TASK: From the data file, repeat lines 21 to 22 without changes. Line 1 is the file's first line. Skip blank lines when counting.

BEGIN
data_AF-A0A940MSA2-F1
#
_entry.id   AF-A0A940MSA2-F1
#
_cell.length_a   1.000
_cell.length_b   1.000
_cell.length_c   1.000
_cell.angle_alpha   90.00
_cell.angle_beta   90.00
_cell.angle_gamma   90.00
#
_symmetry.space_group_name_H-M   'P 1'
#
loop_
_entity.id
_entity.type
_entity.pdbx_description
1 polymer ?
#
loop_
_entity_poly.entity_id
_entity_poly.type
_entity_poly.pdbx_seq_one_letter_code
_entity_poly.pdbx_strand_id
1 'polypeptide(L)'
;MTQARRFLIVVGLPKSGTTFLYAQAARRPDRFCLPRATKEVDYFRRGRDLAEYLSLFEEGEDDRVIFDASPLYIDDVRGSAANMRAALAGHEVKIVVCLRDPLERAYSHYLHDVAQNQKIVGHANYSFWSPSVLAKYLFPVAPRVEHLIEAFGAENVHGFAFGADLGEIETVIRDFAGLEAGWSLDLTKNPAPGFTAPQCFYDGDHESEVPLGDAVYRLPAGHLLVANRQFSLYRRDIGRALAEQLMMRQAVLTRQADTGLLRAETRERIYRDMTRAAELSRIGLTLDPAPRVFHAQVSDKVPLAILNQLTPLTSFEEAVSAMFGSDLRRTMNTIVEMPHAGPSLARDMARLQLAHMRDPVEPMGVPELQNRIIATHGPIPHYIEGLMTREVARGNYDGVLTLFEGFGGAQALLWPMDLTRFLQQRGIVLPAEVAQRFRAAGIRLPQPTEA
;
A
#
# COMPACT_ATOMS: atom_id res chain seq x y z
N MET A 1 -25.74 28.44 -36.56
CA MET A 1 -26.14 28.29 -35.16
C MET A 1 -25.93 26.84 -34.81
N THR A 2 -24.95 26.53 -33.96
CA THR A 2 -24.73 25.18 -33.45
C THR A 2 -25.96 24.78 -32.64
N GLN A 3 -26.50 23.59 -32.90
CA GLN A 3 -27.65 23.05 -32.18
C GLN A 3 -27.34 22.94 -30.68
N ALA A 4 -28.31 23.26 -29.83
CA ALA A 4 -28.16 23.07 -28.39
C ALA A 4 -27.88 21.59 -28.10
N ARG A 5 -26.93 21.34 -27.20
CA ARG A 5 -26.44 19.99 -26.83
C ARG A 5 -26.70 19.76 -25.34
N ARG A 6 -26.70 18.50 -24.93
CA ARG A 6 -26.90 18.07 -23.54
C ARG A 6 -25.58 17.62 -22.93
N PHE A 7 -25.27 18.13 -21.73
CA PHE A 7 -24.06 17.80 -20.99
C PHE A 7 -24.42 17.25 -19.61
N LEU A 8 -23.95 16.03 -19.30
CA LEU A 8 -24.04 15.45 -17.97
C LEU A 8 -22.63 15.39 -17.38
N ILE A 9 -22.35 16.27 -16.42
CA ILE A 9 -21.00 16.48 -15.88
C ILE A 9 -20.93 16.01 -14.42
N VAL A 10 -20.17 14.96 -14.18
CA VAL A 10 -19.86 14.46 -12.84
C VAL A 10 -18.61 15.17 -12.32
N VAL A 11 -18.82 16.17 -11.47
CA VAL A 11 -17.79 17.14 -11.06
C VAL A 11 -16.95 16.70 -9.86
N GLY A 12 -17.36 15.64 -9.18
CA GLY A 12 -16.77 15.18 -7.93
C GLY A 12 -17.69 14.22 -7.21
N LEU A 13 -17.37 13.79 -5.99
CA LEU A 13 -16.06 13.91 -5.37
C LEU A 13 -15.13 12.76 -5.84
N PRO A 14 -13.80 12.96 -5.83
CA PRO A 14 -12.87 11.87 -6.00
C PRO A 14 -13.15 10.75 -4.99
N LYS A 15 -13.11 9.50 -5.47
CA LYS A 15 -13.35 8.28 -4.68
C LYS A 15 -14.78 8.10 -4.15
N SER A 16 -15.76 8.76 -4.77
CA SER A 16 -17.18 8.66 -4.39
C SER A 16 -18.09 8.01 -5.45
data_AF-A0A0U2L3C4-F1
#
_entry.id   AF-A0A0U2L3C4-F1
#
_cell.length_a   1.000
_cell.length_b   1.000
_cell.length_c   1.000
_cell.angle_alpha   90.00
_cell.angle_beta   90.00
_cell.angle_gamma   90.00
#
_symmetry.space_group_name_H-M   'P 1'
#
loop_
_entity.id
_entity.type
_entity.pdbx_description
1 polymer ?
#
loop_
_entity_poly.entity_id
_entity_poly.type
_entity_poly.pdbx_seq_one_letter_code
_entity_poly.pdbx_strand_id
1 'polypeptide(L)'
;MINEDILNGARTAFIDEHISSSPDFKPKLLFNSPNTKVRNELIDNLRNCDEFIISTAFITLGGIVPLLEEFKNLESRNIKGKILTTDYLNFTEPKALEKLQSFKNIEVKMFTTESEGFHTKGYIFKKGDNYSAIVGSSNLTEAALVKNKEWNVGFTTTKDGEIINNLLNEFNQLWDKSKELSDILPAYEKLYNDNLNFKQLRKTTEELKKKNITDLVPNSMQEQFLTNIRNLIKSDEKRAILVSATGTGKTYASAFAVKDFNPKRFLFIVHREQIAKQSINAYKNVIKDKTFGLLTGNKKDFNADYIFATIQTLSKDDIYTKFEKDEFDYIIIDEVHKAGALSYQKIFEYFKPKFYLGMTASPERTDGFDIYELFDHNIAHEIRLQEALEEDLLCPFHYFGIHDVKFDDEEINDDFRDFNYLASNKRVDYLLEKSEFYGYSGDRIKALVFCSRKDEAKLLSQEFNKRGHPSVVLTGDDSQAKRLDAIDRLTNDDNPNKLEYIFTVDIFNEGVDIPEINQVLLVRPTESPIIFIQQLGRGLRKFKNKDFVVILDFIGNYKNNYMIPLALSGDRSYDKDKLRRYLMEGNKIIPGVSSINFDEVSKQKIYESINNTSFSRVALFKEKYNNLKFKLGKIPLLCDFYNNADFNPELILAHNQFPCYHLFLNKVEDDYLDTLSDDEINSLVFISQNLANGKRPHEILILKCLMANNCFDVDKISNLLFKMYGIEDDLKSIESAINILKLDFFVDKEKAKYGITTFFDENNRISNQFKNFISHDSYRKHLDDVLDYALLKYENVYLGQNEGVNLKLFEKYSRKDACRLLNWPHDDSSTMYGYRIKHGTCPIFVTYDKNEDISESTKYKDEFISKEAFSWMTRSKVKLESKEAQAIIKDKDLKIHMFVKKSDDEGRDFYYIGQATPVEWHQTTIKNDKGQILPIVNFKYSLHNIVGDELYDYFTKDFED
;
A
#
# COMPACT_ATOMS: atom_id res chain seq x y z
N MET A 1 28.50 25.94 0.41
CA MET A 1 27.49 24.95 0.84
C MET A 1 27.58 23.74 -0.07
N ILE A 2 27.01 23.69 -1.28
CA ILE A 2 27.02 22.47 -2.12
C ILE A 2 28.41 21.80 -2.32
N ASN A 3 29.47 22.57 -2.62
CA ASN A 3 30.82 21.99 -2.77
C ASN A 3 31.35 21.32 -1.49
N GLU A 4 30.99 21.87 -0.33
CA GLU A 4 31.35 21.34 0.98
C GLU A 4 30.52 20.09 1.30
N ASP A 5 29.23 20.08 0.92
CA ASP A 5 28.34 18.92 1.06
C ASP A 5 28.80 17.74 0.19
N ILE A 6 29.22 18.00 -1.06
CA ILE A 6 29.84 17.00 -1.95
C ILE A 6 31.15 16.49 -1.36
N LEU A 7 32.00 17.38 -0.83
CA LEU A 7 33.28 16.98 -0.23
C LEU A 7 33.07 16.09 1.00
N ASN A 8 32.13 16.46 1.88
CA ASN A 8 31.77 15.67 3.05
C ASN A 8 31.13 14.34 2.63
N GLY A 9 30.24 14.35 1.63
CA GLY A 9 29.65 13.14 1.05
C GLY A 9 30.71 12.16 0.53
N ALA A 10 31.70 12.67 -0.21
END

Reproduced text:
_entity_poly.entity_id
_entity_poly.type